Located in the south of the island and rising to over 2,631 metres, the Piton de la Fournaise is one of the most active volcanoes in the world, measured by the sustained frequency of its eruptions and the average volume of emitted lava. Its vast massif occupies about one third of the island.
Since its eruption in 1998, which continued for nearly six months, it has seen several eruptions a year. Access, however, is relatively easy by road from the Plaine des Sables, which leads to Bellecombe Pass, an opportunity to witness projections and frequent lava flows. Once there, a gorgeous view overlooking the Enclos Fouqué and Formica Leo opens up. The frequency of eruptions and abundance of lava flows constantly change the configuration. Though the overall landscape is set in a dominantly mineral state, once the lava eventually cools, a natural process of vegetation is established giving birth to a very active fauna and flora.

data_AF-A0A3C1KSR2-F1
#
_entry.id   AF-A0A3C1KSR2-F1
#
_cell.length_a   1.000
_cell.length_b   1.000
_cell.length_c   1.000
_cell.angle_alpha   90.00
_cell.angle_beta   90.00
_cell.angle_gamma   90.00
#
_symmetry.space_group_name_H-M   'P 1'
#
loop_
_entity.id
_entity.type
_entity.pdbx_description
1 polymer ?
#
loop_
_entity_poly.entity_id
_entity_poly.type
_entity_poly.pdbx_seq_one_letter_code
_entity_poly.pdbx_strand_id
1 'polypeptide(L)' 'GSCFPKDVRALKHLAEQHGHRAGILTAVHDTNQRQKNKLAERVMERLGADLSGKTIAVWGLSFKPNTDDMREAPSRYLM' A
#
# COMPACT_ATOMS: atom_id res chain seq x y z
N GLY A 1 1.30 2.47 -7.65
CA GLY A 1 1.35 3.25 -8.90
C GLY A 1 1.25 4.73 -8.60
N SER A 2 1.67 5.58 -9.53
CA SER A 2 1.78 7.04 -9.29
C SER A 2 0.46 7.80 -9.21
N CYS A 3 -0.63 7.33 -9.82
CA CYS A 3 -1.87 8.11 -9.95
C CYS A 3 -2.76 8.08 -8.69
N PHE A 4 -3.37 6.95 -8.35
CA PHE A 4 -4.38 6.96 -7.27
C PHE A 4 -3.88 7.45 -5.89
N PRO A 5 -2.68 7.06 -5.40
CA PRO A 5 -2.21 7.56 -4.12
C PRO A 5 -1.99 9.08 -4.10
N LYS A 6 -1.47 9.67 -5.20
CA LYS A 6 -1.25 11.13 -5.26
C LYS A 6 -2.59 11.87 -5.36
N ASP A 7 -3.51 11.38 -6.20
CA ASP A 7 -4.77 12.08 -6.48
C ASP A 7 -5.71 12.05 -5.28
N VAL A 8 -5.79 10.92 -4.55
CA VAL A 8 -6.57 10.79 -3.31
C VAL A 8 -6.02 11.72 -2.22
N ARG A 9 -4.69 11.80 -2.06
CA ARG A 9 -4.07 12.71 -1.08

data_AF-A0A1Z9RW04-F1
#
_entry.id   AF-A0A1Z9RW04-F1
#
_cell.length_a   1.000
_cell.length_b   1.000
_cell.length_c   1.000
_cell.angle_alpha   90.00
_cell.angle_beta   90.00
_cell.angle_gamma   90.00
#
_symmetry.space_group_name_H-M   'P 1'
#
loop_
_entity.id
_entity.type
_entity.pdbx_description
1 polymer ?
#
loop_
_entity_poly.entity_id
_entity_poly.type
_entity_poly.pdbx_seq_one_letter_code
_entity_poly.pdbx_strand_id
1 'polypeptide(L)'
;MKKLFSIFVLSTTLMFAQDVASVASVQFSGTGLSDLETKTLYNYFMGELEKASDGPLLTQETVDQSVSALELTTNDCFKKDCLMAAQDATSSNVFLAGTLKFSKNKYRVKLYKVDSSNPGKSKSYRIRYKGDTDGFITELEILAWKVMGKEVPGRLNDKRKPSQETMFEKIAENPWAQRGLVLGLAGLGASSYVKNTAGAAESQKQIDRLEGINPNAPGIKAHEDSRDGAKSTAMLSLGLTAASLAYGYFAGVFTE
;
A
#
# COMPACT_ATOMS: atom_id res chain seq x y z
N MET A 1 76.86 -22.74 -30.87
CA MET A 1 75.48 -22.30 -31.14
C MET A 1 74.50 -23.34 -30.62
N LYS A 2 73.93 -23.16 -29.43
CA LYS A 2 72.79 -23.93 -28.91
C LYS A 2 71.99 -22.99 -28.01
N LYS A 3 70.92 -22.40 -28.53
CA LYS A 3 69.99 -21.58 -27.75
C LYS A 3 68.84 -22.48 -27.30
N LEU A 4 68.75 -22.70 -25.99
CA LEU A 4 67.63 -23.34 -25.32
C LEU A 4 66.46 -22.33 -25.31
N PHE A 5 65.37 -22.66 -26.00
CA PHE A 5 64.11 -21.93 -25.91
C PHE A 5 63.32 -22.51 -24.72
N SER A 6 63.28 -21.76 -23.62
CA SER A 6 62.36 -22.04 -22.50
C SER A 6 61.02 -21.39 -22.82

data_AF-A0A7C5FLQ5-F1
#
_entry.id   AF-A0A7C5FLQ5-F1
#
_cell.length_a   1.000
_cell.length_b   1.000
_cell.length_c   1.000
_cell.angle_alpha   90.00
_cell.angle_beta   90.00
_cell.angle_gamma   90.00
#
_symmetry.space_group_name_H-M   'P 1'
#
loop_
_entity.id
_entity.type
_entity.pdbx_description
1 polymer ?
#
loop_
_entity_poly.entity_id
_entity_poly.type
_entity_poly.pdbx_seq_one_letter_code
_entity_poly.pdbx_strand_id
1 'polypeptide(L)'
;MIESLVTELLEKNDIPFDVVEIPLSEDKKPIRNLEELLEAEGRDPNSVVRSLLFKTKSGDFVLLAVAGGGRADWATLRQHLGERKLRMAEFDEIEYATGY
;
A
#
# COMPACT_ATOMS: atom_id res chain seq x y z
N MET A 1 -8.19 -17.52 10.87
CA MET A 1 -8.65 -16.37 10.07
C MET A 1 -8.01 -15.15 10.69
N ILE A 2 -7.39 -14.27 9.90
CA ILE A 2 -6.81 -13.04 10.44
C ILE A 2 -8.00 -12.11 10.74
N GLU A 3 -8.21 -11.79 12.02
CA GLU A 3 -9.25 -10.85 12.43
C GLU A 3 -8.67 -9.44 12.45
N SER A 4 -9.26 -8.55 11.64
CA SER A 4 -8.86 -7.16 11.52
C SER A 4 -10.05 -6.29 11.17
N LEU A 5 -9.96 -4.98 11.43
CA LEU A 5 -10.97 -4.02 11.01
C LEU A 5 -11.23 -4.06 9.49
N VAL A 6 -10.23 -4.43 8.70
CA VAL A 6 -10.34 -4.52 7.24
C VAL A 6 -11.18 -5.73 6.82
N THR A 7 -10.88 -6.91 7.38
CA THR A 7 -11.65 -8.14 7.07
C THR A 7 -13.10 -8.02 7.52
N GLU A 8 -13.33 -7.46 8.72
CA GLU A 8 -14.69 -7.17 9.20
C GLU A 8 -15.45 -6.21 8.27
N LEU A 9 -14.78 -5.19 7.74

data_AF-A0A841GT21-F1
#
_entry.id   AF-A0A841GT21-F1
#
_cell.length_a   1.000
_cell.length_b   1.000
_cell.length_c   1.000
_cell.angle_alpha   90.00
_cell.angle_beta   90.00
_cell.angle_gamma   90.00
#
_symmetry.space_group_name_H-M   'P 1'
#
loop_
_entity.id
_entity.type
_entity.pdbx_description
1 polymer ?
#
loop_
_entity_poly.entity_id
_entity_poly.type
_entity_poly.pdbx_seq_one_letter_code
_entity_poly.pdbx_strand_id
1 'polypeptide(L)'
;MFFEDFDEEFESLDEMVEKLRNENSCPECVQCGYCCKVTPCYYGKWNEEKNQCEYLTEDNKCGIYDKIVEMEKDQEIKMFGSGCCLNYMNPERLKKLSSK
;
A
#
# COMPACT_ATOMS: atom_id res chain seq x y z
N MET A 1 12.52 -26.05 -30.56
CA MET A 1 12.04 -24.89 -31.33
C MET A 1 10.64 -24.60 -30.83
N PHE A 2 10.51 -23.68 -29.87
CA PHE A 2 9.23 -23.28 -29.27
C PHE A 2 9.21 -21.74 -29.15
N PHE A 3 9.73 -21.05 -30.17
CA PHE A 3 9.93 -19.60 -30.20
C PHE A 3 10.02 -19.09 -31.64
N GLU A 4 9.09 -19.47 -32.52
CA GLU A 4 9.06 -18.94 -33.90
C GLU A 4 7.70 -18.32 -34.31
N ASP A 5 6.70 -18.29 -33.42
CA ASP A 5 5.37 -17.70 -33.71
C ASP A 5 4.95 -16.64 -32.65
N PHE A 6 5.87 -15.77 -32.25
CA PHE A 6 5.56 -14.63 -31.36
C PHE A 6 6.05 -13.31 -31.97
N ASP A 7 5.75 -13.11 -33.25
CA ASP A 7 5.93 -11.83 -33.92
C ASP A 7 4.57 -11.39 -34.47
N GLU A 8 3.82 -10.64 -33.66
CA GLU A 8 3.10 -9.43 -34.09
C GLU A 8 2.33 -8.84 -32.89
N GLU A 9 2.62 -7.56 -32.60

The Piton de la Fournaise has been continuously monitored since the establishment of a volcano observatory. In October 2015, the Kala and Pelé Pitons and the Kei Aki Piton came into being, following two recent volcanic eruptions.